Psychological Health and Japanese Students
MA in International and Intercultural Management
This paper explores how the cultural values one holds play a role when he/she tries to cope with stress. As an intern working with international students at an ESL program in the U.S., I realized that they were as likely to have psychological health problems as those in regular academic programs. Because of my nationality and difficulties I have experienced in maintaining my own psychological health as an international student, I became interested in how Japanese students, in particular, cope with stress and retain their psychological balance.
In Asian culture, expressing emotional problems is stigmatized, and people tend to cope with concerns and problems by themselves or rely on family and friends for support so that they would not lose face. (Marsella and Dash-Scheuer 1988) If students keep problems to themselves because of the stigma, how do they deal with them when they are away from family and friends? Do cultural values work against them and make them more susceptible to psychological health problems?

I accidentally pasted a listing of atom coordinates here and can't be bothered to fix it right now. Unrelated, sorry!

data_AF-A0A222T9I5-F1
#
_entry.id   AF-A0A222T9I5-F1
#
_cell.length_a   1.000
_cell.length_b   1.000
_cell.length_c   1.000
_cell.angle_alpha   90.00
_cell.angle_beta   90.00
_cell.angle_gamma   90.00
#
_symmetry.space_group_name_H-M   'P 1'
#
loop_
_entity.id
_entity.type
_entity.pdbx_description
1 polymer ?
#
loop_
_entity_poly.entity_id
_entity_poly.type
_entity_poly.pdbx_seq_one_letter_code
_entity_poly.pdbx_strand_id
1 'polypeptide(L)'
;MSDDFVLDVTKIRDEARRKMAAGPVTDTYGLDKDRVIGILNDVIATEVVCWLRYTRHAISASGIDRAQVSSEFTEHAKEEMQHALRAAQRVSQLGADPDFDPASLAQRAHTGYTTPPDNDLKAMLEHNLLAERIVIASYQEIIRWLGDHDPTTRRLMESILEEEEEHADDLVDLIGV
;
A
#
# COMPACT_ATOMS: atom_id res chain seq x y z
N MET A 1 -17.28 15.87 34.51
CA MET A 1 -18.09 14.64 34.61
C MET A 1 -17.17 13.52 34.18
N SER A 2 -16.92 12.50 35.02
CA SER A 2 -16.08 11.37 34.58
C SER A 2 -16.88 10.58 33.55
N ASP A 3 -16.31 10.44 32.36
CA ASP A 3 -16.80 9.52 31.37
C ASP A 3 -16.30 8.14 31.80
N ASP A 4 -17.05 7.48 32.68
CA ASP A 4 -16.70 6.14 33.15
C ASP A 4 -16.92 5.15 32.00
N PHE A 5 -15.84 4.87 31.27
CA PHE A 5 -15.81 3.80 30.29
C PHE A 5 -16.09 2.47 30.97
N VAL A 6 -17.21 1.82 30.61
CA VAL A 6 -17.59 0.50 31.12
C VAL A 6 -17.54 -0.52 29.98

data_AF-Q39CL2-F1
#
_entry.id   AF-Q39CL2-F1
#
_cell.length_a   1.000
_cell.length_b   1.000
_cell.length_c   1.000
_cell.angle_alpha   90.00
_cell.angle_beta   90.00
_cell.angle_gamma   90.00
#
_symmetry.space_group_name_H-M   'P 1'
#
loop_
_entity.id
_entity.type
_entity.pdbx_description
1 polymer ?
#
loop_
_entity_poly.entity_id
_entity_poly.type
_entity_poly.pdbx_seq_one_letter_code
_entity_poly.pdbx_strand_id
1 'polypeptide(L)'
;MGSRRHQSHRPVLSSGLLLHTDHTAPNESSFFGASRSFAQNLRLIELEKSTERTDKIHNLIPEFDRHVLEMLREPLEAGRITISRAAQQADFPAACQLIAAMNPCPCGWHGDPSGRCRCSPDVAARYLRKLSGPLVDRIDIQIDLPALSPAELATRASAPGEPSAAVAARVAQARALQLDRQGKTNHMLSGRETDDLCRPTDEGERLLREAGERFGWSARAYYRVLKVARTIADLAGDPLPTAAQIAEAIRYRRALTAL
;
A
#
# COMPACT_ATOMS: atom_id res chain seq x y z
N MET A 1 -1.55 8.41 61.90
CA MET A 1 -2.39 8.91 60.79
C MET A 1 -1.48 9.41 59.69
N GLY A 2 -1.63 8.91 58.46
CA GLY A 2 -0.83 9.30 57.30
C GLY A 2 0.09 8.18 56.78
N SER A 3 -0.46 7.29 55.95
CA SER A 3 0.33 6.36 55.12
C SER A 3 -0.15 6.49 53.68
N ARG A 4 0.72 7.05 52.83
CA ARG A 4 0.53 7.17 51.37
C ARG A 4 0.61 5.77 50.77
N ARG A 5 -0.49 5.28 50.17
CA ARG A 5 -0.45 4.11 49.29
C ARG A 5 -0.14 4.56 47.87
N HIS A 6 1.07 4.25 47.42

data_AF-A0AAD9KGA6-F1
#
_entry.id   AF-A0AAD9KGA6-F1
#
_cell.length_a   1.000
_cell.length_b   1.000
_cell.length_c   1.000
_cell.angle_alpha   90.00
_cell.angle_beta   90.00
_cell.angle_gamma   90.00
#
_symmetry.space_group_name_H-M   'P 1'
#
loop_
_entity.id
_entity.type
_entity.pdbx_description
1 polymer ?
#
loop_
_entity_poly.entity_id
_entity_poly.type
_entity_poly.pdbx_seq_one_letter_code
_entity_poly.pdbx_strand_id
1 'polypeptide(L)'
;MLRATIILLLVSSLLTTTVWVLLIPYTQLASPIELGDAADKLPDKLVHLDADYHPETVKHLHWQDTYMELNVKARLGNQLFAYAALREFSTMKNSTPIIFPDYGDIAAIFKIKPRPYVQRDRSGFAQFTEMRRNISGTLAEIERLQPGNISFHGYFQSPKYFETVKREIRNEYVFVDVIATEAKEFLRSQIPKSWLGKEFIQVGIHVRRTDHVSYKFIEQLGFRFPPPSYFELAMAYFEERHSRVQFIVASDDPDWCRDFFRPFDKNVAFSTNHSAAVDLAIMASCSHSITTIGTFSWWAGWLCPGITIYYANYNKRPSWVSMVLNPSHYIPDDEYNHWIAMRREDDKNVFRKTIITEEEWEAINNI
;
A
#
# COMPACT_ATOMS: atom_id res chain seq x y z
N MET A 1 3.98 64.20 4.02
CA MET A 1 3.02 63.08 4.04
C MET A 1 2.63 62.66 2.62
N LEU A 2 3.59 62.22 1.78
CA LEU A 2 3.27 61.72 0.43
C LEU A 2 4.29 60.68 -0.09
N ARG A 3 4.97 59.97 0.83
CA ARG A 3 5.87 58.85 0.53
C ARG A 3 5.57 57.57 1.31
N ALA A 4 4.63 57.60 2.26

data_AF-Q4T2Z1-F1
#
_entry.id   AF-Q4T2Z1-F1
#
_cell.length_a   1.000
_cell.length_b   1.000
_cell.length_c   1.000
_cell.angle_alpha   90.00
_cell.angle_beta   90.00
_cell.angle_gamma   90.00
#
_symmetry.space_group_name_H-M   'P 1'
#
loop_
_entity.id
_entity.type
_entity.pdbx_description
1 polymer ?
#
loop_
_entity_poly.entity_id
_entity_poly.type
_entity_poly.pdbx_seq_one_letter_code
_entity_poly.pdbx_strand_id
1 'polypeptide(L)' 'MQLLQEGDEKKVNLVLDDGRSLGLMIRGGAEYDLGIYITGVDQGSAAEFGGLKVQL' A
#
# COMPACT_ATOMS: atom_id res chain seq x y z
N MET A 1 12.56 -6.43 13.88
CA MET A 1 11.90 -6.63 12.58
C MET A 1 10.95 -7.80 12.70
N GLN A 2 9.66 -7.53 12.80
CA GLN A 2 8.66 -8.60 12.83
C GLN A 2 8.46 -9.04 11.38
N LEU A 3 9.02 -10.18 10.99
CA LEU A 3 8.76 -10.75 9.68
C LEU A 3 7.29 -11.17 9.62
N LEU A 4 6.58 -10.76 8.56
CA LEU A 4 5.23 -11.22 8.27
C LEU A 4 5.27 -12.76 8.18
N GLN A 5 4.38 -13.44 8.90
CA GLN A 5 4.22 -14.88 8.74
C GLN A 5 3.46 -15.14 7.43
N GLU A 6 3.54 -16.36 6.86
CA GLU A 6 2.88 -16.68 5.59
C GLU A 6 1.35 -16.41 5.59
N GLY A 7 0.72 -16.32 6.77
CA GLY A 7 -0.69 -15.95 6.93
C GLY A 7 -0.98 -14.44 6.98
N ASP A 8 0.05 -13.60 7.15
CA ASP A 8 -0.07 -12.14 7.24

With the assumption that Japanese cultural values influence how Japanese students at the Center for English Language and Orientation Programs (CELOP) at Boston University cope with stress, I surveyed and interviewed these students. I also spoke with counselors who had experiences with Asian students. The result of the questionnaire and the interviews were analyzed using theoretical frameworks of Geert Hofstede and Edward T. Hall. Finally, I will make recommendations to CELOP on how it could help Japanese and possibly other Asian students with their psychological well-being.
International and Comparative Education | International and Intercultural Communication
Tanabe, Kumi, "Psychological Health and Japanese Students" (2001). Capstone Collection. 1707.
This document is currently not available here.